Politics, God and Religion vs. Science

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Messages 17001 - 17020 of total 22369 in this topic << First  |  < Previous  |  Show All  |  Next >  |  Last >>
cintune

climber
The Utility Muffin Research Kitchen
Nov 6, 2013 - 11:39am PT
FortMentäl

Social climber
Albuquerque, NM
Nov 6, 2013 - 11:46am PT
Wasn't that long ago that you'd have ascribed your cancer to something that couldn't be understood by "analysis". And it's utterly shameful to ascribe social problems in today's world to anything other than failures in policy... failures of management.

But that's the problem right there: that loathsome word, "manage". That's your world-view: action is to be discredited. It's a source of problems; we should "manage" our way into a better world. Why didn't you manage your life around your cancer? Why did you act to remove it? What analysis did you perform that caused you to ACT to have doctors cure you? What cost-benefit calculation did you perform that led you to seek out science and why didn't you simply meditate your way to a cure? And yet you pitied the person who analyzed his reality in your satsang? This from a person who believes thinking is "Squirrels in a cage, round and round and round"? Shameful is too polite a word.
MH2

climber
Nov 6, 2013 - 01:34pm PT
For most everyone here on this thread, the mind is all-consuming and really all there is for them--especially the mind that's evaluating and thinking 24x7.


How would you know that? From things we say here? Just because we make an attempt to be understood on this thread, don't assume that analysis and rationality are all we do.
MikeL

climber
SANTA CLARA, CA
Nov 6, 2013 - 01:47pm PT
Cintune: Great! Funny.


FM:

"Action" is a mis-interpretation. As for my cancer, what I did I could not help but do. There was no real decision. It just looks that way. I expected to die anyway, so I pretty much took my hands off the controls. There were so many people who cared. I felt cared for.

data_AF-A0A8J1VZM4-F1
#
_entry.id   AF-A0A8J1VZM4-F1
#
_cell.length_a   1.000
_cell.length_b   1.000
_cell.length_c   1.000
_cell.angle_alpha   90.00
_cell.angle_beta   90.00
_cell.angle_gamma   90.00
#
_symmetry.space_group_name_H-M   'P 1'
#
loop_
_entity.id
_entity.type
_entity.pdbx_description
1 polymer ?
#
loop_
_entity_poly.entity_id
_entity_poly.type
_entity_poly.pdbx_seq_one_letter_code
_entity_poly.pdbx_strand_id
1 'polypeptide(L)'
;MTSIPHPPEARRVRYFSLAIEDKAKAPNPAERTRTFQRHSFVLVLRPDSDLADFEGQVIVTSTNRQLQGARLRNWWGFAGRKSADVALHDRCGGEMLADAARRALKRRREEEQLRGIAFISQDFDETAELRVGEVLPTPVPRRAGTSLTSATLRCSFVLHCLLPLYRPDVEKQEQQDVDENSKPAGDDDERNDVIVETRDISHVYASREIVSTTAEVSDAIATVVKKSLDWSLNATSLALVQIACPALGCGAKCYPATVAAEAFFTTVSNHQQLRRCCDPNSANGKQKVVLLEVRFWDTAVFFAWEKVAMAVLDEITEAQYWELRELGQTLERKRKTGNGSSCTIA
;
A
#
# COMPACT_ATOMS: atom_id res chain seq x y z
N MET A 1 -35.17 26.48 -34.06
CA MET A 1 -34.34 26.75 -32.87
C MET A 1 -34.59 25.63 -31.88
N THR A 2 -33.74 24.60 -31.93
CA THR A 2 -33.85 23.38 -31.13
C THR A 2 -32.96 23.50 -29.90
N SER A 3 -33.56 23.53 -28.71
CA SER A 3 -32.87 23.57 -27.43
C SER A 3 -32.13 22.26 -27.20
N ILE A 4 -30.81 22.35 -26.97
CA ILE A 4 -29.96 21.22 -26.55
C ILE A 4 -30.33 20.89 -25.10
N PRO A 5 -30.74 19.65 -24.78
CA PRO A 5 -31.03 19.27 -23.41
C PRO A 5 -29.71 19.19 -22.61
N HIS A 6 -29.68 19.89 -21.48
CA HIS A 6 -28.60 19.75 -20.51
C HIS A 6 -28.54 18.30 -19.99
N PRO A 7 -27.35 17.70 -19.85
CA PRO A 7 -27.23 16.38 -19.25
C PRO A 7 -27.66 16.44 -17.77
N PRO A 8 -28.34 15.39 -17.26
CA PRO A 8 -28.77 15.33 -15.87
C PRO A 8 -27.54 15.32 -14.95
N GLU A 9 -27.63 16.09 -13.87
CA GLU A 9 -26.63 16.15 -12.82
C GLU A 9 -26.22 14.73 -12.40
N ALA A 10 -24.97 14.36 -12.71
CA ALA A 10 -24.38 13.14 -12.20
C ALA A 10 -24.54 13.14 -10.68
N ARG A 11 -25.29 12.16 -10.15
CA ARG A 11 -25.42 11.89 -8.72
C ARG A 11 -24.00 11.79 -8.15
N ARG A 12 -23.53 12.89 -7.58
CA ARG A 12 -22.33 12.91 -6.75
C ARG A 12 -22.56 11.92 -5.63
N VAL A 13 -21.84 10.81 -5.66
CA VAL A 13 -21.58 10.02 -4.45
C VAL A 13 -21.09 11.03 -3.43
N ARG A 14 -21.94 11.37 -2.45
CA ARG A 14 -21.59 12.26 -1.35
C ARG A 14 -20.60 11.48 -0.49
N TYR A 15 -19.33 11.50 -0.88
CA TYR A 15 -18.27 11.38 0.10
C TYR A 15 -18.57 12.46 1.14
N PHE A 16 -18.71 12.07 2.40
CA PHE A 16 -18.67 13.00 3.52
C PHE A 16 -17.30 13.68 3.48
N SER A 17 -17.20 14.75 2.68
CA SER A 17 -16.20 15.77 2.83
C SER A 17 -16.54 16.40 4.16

Management is a misnomer. There is no manage. It's "get along," "navigate," "go with the flow," "see things the way they are." Since it is that way, for me at least, then thinking is pretty much irrelevant. It happens, but it seems to make no difference whatsoever to what happens in my life. It's sort of some kind of activity along with a myriad of others.

The problem with being smart is believing that you can figure your way through the world the way that you want. There are, to my knowledge, no studies that have shown that attempting to make changes or control things has any impact at all. Indeed there is no study that could. Hence, what you and others think is the obvious evidence for control is at least a speculation. Worse, it is a delusion.

I have no real idea what causes me to "act" the way that I do. It's pretty much a mystery to me. Some folks will perhaps offer karma as a cause. I don't know. I just try to pay attention to what's going on around me experientially, and if I come to realize something, then I figure this body / mind will use it. But I don't really try to drive it so much anymore. Sure, I feel good or bad that nice things or not-so-nice things happen around me, but that just seems to be the universe's plan for me. This is where I'm at. If there is any real learning, it's consciousness simply learning about consciousness.

How would it be possible that anyone could have control in a perfect universe? How would it be possible to give some 7 billion entities free will on this planet and witness any precision? How is it possible that everything isn't complete randomness?


MH2: Ok. It's what appears to me. I don't see much of anything else here.
manemachen

Sport climber
Pinedale, Wyoming
Nov 6, 2013 - 02:22pm PT
I believe, and it's only a belief-so no one get your panties in bunch here-that some things in life are a "higher calling" because of the truth that they bring and skills you learn. It is a bitch and some people rise to the challenge and some people opt to check out.
I *think*(assume) about all the skills that have to be refined to do a 5-12 move. At any level of climbing skill, it has been my experience to think in 1-D and in 3-D. It is engineering and problem solving..and well, you know..and the people that are attracted to climbing seem to, as a group, be intelligent way beyond average. it's practice, practice, practice if you ask me kind of a flight simulator? (ok, too much time alone..)
Marlow

Sport climber
OSLO
Nov 6, 2013 - 04:43pm PT
Magnus Carlsen, blindfolded, playing chess against 10 lawyers at Harvard: http://www.vgtv.no/#!id=73427&index=11
PSP also PP

Trad climber
Berkeley
Nov 6, 2013 - 05:02pm PT
Werner said "One good look at this whole planets consciousness is the clue.